(the misadventures of an expatriate corporate dropout)

Saturday, November 15, 2008

a miniature breakthrough.

On Armistice Day I wandered into my village, drawn by the endless clanging of the oldest bell tower in France. I'd been told that any variety of activities would be occurring throughout my new land ... most coordinated by the local mairie.

I went to our war memorial ... which is where I suspected the action would be. There a surprisingly small group was gathered, listening to a wizened man in uniform speak of the horrors of war. Also in attendance were a small cadre of men in uniform, and what looked to be a unit of some sort of French youth group associated with the military.

My village has a woman mayor (zut alors!) and she was in attendance, being saluted and shaking hands.

I stood off a distance, observing but wanting to signal my recognition that the proceedings were not for étrangers ... out of respect.

I spotted and was recognized by a woman in the audience. She is associated in some way with the socio-cultural committee of Brantôme, she attends my yoga course and collected the fee from me. She has always been very serious with me, a bit cool and aloof in class which until now is only where I've encountered her.

Well, on this day she smiled and nodded at me. Quelle surprise!

Once the proceedings concluded, the attendees made their way as a group through the village ... a short walk over the picturesque L-shaped bridge and past the old moulin that is now a hotel ... up the cobblestoned streets past the monastery turned mairie ... and then down to a large hall where I gather the mayor hosted aperitifs and conversation. I didn't attend that part, feeling a bit of an outsider.

During the walk, Madame approached me and greeted me more formally with bises! I exchanged a few halting sentences with her, I was taken aback and it seems my french flew out my ears and into the atmosphere! I ended with a 'well, I think I'm going to have a walk around town' and she bid me a 'bonne promenée' ...

I was quite surprised by this turn of events and brought it up at my Friday french lesson. My professeur, Laurence, pondered my tale and told me that fewer and fewer French seem to honor the veterans, but pass the holiday by. She felt that the reason Madame approached me was, since she obviously considered the day important to observe, perhaps she was touched by the fact that an étranger would exhibit such respect and show up.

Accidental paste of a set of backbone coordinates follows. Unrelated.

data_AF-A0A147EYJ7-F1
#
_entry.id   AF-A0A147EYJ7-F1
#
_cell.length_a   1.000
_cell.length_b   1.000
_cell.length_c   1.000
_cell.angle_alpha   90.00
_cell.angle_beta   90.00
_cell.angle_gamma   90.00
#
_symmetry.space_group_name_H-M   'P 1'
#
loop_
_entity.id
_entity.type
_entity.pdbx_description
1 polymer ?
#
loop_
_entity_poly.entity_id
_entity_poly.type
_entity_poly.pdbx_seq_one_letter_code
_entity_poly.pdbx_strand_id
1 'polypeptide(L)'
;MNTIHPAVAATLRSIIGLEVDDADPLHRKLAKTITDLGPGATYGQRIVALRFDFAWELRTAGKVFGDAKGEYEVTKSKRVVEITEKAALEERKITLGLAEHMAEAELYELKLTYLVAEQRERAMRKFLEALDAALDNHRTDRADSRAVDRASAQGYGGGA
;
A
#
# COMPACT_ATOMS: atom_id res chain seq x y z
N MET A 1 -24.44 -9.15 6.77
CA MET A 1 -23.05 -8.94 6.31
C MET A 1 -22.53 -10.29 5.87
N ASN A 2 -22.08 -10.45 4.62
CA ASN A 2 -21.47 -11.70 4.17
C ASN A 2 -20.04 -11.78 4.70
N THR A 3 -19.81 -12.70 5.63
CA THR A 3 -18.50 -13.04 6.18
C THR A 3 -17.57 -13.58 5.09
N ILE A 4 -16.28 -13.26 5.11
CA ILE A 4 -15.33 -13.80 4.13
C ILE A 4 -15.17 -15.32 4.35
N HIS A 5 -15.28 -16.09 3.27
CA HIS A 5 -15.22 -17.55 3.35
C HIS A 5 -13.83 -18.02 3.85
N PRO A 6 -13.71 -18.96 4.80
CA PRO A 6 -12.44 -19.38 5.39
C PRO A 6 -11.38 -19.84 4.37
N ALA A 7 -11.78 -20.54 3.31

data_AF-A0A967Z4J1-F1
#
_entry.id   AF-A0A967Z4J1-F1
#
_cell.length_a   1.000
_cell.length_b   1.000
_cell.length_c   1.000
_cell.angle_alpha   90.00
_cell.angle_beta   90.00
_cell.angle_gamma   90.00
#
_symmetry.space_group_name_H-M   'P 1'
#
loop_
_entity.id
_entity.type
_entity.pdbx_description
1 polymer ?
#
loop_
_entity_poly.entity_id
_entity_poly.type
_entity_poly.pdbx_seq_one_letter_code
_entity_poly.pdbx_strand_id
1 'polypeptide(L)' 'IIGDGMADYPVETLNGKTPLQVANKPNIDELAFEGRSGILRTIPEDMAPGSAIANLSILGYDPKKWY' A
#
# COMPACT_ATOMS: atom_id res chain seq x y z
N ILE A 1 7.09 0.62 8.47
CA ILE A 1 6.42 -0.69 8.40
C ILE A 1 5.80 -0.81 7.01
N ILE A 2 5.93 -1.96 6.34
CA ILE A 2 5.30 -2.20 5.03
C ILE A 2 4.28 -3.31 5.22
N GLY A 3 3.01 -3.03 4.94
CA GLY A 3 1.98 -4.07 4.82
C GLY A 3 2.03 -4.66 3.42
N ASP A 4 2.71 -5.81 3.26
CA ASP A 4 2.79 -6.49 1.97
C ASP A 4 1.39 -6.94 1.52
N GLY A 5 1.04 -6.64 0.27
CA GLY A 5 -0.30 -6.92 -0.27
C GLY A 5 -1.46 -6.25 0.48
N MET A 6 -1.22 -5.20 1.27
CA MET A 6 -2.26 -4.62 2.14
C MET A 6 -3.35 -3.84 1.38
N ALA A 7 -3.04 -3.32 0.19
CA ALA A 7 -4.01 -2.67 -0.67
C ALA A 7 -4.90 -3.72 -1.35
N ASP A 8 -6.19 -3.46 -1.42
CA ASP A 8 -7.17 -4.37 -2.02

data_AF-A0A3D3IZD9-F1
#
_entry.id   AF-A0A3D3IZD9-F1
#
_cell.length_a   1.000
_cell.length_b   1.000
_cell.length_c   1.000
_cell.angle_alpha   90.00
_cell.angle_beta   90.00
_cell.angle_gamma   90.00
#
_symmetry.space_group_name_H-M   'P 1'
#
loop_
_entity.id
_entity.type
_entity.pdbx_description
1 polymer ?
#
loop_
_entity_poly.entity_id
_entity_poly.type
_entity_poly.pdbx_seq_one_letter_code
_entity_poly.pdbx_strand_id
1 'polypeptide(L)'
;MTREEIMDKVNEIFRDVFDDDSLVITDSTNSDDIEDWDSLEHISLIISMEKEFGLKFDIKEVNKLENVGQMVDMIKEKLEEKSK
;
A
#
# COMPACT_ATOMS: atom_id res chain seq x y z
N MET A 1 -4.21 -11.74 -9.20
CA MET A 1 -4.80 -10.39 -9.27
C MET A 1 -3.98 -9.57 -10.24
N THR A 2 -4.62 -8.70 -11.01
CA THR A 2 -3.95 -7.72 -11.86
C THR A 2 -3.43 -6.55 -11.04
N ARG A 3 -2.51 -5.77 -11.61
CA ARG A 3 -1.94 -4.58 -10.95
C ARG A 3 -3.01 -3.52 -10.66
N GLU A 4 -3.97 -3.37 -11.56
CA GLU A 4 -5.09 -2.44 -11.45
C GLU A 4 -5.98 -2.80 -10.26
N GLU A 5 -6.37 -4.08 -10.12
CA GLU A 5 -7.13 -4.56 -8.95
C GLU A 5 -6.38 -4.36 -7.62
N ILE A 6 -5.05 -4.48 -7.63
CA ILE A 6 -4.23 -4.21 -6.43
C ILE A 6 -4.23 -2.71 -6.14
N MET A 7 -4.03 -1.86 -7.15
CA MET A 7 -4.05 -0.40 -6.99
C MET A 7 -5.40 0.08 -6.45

Well, even though it is all mere speculation ... I was happy to be recognized by a local in this manner.

Isn't it funny, that? I mean, Americans are such a seemingly happy-go-lucky lot ... with few traditions and a Labrador-like style just ready to wear their hearts and opinions on their sleeves.

I'm continually struck by the similarities and yet vast differences in human nature as I press forward with my new life. There's the social ones (like my story today).

There is also a veritable rubik's cube of possibilities presented with the male and female interactions. I'm pretty much without a clue with most of it, stumbling my way with a cadre of misconceptions and assumptions ... many of which I'm convinced are completely out of line and yet all I have to go on.

C'est trés drole! And it is very droll as well.


amy said...

I missed your whole comments conversation! (and that's another question, is it okay to refer to a previous post in a more recent one - maybe this is taboo, sort of like "toplisting" on Craigslist or something?)